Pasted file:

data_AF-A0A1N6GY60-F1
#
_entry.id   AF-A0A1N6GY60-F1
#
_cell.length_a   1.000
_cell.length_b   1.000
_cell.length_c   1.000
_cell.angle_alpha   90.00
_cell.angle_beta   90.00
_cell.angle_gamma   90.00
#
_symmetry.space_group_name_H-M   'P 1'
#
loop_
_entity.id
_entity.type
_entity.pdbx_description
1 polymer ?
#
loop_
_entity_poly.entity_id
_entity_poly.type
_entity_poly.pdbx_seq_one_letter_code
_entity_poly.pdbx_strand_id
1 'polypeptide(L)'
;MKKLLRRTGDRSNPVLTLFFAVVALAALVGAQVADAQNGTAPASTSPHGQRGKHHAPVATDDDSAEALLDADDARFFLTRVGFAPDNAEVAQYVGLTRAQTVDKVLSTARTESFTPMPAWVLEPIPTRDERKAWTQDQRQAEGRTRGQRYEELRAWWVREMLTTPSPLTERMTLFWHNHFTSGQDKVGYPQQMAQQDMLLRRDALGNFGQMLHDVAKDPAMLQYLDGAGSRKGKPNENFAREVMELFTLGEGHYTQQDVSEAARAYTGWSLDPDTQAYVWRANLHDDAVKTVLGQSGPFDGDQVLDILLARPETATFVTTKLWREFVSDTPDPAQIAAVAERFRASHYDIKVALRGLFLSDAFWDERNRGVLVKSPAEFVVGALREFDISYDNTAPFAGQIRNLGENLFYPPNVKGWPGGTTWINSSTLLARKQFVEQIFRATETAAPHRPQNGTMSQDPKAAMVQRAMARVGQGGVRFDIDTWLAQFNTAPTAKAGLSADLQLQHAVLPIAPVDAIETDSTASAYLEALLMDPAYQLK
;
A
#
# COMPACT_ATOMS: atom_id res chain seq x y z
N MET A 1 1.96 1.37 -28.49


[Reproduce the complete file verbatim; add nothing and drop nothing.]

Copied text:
data_AF-A0A1N6GY60-F1
#
_entry.id   AF-A0A1N6GY60-F1
#
_cell.length_a   1.000
_cell.length_b   1.000
_cell.length_c   1.000
_cell.angle_alpha   90.00
_cell.angle_beta   90.00
_cell.angle_gamma   90.00
#
_symmetry.space_group_name_H-M   'P 1'
#
loop_
_entity.id
_entity.type
_entity.pdbx_description
1 polymer ?
#
loop_
_entity_poly.entity_id
_entity_poly.type
_entity_poly.pdbx_seq_one_letter_code
_entity_poly.pdbx_strand_id
1 'polypeptide(L)'
;MKKLLRRTGDRSNPVLTLFFAVVALAALVGAQVADAQNGTAPASTSPHGQRGKHHAPVATDDDSAEALLDADDARFFLTRVGFAPDNAEVAQYVGLTRAQTVDKVLSTARTESFTPMPAWVLEPIPTRDERKAWTQDQRQAEGRTRGQRYEELRAWWVREMLTTPSPLTERMTLFWHNHFTSGQDKVGYPQQMAQQDMLLRRDALGNFGQMLHDVAKDPAMLQYLDGAGSRKGKPNENFAREVMELFTLGEGHYTQQDVSEAARAYTGWSLDPDTQAYVWRANLHDDAVKTVLGQSGPFDGDQVLDILLARPETATFVTTKLWREFVSDTPDPAQIAAVAERFRASHYDIKVALRGLFLSDAFWDERNRGVLVKSPAEFVVGALREFDISYDNTAPFAGQIRNLGENLFYPPNVKGWPGGTTWINSSTLLARKQFVEQIFRATETAAPHRPQNGTMSQDPKAAMVQRAMARVGQGGVRFDIDTWLAQFNTAPTAKAGLSADLQLQHAVLPIAPVDAIETDSTASAYLEALLMDPAYQLK
;
A
#
# COMPACT_ATOMS: atom_id res chain seq x y z
N MET A 1 1.96 1.37 -28.49